Trump probably meant these questions rhetorically, as an attempted reductio of the removal of the Lee statue. His intended argument seems to go like this: Any reason to remove the Lee statue would also be a reason to remove statues of Washington or Jefferson. After all, Lee’s moral turpitude had to do with slavery, and Washington and Jefferson owned slaves. But removing statues of Washington and Jefferson would be absurd. So the supposed reasons for removing Lee can’t be any good. (Or something like that.)
The widespread reaction to this argument has been to loudly denounce the idea that there is a “moral equivalency” between, say, Jefferson and Lee—and then to move on. But I think we should do better. If the morality of preserving a statue were simply a function of whether the person portrayed had ever done morally despicable things, then the Jefferson statues probably should come down (regardless of whether or not his immoral deeds were “equivalent” to those of Lee). Jefferson did own slaves.
Furthermore, if we treat Trump’s question as genuine, as opposed rhetorical, it becomes a special case of the general question with which I started: which statues should be torn down? And how we answer this question has tremendous implications, since there are so many statues. Can we do better than just assigning degrees of moral turpitude, with Jefferson the man falling above some arbitrary threshold and Lee falling below?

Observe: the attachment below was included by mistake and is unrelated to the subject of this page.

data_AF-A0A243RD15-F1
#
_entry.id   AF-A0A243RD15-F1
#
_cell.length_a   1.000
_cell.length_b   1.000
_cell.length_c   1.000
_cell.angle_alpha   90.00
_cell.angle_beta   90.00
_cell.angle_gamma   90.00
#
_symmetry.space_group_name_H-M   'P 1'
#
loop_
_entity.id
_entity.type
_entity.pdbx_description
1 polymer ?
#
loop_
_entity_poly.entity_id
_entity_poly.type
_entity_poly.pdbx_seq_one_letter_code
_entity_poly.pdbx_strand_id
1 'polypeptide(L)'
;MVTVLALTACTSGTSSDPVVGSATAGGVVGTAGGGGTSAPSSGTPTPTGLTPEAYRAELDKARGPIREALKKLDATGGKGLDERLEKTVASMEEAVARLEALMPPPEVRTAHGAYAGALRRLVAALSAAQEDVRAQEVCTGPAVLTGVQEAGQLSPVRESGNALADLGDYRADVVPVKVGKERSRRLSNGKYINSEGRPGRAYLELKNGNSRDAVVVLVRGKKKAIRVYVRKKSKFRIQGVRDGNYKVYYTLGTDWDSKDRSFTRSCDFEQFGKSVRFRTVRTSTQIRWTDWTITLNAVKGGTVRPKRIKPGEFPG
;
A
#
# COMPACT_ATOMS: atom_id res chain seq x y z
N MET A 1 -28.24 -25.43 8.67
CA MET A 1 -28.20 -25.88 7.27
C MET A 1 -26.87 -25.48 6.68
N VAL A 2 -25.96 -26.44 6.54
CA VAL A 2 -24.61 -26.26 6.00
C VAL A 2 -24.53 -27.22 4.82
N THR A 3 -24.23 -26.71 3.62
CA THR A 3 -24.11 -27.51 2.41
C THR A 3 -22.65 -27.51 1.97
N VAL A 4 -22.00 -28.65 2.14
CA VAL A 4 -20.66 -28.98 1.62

I think we can. Public monuments don’t just commemorate people; they also commemorate actions. In contexts such as public parks, they symbolize approval either (i) of the action depicted by the statue or (ii) of the action or deeds for which the person is or was famous. This statue, to take an arbitrary example, doesn’t just commemorate B. B. King; it celebrates his guitar playing. Public monuments declare (albeit nebulously), “Yes, more stuff like that!”—where that is an action type.
Hence the difference between Lee and Jefferson statues is not merely a matter of moral degree but in moral kind. The action represented in the Lee statues, characteristically, is leading the Confederate Army, which existed to defend slavery. Jefferson statues commemorate the action of writing the Declaration of Independence, among other acts of statecraft. Only the Lee action in this case is morally base. Insofar as the statue commemorating that action declares more like that!, the statue should be removed.
We can make this point even clearer with a pair of hypotheticals.
Suppose we found somewhere a statue of Jefferson chaining one of his slaves. Should we remove it? Absolutely. Why? Because it would commemorate the wrong action.
On the hand, suppose the Charlottesville City Council decided to replace Lee on a horse with a different Lee statue: a grandiose rendering of Robert E. Lee, Confederate General, as he signs the surrender to Union General Ulysses S. Grant. Whether or not Lee was overall a bad person, the action depicted in a Lee statue like that would be worth celebrating.
Under that circumstance, I would even support keeping his name on the park.